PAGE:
Frost, the narrator and the poet of the group, can only watch as his tribe fractures. Bench (so-called because of where he tends to spend most sports games) is not keen on letting Rose join them and when he makes a stunning catch in a football game and becomes part of the jock crowd he drifts away from them. Sensitive Wolf, a gifted pianist, bonds with Rose as they are both outsiders who become the target of post-it bullying. Only Dungeon master Indian American Deedee seems comfortable, or perhaps oblivious, with the status quo. Rose, “tall and wide,” has moved around from school to school and knows all about name-calling and bullying.

Set in a small town in Michigan, the novel zooms out from the school and portrays a variety of family structures and dynamics, and the effect that can have on a child. Frost’s parents are bitterly divorced, whereas Wolf’s are bitterly still together.

Mr Anderson seems comfortable to move between fantasy and novels, and writes equally adeptly in both genres. Kids who enjoyed Ms Bixby’s Last Day, should be happy to move up to the middle school machinations of Posted.

The Crims by Kate Davies

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The Crims by Kate Davies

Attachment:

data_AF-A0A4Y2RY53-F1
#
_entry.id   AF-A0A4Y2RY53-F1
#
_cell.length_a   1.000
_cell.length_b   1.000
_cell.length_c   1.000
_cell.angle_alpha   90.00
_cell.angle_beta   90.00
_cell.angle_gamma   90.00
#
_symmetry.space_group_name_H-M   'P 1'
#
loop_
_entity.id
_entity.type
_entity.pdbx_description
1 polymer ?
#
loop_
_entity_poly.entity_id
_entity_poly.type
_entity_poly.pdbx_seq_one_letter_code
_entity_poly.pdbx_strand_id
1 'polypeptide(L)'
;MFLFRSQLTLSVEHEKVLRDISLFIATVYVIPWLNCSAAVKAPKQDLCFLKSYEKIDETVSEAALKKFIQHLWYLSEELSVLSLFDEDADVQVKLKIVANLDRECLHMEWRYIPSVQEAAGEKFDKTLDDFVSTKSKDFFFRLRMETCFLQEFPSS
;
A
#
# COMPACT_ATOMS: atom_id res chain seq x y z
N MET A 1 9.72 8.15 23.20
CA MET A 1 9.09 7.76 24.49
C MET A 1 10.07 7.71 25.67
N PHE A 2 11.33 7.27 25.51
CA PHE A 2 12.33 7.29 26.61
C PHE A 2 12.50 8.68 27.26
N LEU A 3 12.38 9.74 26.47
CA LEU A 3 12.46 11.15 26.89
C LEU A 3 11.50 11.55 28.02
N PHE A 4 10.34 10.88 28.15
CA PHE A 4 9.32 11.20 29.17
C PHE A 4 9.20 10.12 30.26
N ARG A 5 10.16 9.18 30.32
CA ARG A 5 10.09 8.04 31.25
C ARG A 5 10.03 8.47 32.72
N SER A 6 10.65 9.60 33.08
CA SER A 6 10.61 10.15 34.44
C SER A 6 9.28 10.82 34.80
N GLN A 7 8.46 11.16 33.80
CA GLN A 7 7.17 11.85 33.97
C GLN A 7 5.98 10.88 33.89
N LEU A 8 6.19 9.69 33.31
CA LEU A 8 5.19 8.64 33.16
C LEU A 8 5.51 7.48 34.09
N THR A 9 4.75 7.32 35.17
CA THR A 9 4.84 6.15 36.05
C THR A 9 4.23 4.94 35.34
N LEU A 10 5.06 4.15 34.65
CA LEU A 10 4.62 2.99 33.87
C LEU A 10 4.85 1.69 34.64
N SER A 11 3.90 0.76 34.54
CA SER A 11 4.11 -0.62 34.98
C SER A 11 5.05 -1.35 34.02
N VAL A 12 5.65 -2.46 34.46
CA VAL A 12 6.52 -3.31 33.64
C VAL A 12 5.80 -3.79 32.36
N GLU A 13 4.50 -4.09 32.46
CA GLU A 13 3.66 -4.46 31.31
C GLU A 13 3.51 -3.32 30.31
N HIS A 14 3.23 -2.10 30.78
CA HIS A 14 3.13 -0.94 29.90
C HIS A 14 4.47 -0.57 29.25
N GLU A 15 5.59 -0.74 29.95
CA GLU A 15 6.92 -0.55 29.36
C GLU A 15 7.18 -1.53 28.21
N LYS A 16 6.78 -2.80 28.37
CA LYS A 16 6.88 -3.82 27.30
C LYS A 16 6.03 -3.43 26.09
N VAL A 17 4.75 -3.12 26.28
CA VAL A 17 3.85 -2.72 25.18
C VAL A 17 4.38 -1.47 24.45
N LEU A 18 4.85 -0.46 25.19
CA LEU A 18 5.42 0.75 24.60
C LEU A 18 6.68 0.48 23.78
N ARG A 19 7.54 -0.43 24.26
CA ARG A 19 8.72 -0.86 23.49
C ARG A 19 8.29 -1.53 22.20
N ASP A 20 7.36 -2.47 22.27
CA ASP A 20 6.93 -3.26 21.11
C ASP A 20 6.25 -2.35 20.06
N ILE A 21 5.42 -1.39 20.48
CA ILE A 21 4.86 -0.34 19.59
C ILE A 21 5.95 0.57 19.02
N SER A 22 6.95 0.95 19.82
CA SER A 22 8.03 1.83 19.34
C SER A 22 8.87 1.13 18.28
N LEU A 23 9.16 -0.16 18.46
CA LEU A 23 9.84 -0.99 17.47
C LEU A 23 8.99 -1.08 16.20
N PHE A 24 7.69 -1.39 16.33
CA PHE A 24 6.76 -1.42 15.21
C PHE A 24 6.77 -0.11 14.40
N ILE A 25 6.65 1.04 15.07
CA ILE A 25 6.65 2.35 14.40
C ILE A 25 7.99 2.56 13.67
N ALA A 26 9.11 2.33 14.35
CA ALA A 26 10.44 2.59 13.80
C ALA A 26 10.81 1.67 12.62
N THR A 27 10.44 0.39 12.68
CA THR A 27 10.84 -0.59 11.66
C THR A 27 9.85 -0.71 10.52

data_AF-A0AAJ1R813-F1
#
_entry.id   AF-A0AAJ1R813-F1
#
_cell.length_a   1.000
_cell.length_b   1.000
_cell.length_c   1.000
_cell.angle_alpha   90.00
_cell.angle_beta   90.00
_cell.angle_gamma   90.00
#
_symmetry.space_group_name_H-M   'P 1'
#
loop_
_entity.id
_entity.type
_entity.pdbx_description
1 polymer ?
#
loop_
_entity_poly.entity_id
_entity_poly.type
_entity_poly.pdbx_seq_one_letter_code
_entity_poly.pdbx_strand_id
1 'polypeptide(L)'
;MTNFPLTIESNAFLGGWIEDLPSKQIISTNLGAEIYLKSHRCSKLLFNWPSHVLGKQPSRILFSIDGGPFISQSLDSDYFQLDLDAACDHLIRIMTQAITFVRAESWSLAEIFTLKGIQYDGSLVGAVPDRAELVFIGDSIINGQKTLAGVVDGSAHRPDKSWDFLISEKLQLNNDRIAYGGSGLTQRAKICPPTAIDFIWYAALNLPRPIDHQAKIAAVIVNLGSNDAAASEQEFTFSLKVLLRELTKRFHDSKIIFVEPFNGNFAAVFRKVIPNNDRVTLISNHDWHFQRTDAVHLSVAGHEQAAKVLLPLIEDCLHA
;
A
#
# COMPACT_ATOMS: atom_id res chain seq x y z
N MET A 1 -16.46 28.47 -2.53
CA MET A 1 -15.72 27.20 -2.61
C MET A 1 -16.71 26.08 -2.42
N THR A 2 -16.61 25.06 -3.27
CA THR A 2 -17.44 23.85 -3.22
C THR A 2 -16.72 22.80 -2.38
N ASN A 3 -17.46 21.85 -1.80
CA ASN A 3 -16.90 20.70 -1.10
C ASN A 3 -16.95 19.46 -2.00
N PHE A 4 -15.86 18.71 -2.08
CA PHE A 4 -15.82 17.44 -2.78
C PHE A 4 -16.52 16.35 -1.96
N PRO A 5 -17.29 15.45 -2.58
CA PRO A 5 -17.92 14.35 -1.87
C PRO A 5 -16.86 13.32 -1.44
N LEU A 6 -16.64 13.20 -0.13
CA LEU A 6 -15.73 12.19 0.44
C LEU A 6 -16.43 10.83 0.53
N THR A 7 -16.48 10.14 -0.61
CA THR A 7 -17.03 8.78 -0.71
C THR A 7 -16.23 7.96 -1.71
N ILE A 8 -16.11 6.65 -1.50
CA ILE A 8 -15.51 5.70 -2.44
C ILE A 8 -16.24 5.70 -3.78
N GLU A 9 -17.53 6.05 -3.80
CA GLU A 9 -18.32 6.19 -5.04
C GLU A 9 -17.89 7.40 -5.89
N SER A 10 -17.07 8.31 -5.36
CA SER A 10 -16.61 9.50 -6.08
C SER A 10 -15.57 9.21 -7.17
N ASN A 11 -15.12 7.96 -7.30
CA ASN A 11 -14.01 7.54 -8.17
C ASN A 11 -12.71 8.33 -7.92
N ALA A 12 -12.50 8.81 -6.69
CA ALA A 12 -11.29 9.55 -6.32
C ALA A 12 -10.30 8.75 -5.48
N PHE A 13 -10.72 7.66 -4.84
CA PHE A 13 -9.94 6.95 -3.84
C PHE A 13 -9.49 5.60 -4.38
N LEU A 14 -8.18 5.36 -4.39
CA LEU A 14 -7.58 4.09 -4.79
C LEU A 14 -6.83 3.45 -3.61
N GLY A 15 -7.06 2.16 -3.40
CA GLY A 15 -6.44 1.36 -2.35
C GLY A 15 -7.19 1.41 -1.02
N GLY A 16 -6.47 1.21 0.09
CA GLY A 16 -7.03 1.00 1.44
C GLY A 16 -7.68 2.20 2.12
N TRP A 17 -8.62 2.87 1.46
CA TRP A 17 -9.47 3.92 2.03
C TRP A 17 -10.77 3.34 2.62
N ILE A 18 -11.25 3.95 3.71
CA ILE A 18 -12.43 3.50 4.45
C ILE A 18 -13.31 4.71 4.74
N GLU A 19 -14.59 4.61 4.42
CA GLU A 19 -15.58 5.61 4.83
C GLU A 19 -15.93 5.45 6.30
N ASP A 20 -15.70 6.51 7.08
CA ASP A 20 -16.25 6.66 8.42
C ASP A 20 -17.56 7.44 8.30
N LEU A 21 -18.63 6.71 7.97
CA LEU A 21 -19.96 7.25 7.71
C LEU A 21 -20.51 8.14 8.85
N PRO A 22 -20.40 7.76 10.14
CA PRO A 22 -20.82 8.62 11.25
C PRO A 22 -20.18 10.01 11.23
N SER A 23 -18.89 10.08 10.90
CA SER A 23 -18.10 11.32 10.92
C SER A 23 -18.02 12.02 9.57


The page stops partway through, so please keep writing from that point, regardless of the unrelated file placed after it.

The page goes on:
Harper, 2017.

A mildly entertaining British novel about a family of absurdly incompetent criminals whose style reminded me of both David Baddiel’s The Parent Agency and Julian Clary’s The Bolds.

12 year old Imogen ran away to a fancy boarding school after the matriarch of the Crims was killed in a heist. However, when the rest of the family is jailed for the theft of a valuable lunch box, she feels obliged to return to help them out.

Davies does a competent job of delineating the numerous Crims by providing them with a defining trait: fearsome-looking Uncle Knuckles is really a gentle flower-loving man, Freddie is astonishingly absent-minded, Imogen’s father is an accountant who loves numbers and book-keeping, and so on. Imogen had developed an ambition to be a future world leader while at school, but now discovers that her love for her family and her suppressed criminal plotting genius outweighs that.

The silly situations, word play, and broad characters are somewhat reminiscent of Lemony Snicket, though the quips about grisly murders fall rather flat.

Judging by the open ending, the intention is to have a sequel in which the Crims take on the frighteningly competent Kruk family.